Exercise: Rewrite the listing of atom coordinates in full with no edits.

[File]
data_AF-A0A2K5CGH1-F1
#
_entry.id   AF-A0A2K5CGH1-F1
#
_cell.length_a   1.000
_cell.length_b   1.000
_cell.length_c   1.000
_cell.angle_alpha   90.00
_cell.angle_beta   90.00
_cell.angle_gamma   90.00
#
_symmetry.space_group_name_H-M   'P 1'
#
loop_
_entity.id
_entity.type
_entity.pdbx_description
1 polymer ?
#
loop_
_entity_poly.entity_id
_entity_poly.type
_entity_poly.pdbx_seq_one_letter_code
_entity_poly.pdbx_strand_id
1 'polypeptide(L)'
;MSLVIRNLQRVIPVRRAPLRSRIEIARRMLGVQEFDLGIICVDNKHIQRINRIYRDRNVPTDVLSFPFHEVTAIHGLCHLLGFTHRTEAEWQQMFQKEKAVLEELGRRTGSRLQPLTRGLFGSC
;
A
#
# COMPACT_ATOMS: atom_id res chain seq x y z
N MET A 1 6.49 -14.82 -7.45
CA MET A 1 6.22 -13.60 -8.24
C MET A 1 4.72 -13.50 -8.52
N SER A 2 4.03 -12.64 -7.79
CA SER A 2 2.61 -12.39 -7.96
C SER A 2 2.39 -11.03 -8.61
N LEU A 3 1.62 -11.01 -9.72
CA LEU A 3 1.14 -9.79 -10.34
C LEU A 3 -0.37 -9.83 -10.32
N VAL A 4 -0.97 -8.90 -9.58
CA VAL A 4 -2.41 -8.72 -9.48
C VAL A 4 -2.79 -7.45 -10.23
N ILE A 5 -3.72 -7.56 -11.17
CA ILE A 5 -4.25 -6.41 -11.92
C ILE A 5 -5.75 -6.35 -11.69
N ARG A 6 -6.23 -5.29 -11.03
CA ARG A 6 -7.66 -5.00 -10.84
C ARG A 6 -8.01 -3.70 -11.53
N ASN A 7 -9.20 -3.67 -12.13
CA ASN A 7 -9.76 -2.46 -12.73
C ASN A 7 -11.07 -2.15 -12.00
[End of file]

data_AF-A0A2K5CGH1-F1
#
_entry.id   AF-A0A2K5CGH1-F1
#
_cell.length_a   1.000
_cell.length_b   1.000
_cell.length_c   1.000
_cell.angle_alpha   90.00
_cell.angle_beta   90.00
_cell.angle_gamma   90.00
#
_symmetry.space_group_name_H-M   'P 1'
#
loop_
_entity.id
_entity.type
_entity.pdbx_description
1 polymer ?
#
loop_
_entity_poly.entity_id
_entity_poly.type
_entity_poly.pdbx_seq_one_letter_code
_entity_poly.pdbx_strand_id
1 'polypeptide(L)'
;MSLVIRNLQRVIPVRRAPLRSRIEIARRMLGVQEFDLGIICVDNKHIQRINRIYRDRNVPTDVLSFPFHEVTAIHGLCHLLGFTHRTEAEWQQMFQKEKAVLEELGRRTGSRLQPLTRGLFGSC
;
A
#
# COMPACT_ATOMS: atom_id res chain seq x y z
N MET A 1 6.49 -14.82 -7.45
CA MET A 1 6.22 -13.60 -8.24
C MET A 1 4.72 -13.50 -8.52
N SER A 2 4.03 -12.64 -7.79
CA SER A 2 2.61 -12.39 -7.96
C SER A 2 2.39 -11.03 -8.61
N LEU A 3 1.62 -11.01 -9.72
CA LEU A 3 1.14 -9.79 -10.34
C LEU A 3 -0.37 -9.83 -10.32
N VAL A 4 -0.97 -8.90 -9.58
CA VAL A 4 -2.41 -8.72 -9.48
C VAL A 4 -2.79 -7.45 -10.23
N ILE A 5 -3.72 -7.56 -11.17
CA ILE A 5 -4.25 -6.41 -11.92
C ILE A 5 -5.75 -6.35 -11.69
N ARG A 6 -6.23 -5.29 -11.03
CA ARG A 6 -7.66 -5.00 -10.84
C ARG A 6 -8.01 -3.70 -11.53
N ASN A 7 -9.20 -3.67 -12.13
CA ASN A 7 -9.76 -2.46 -12.73
C ASN A 7 -11.07 -2.15 -12.00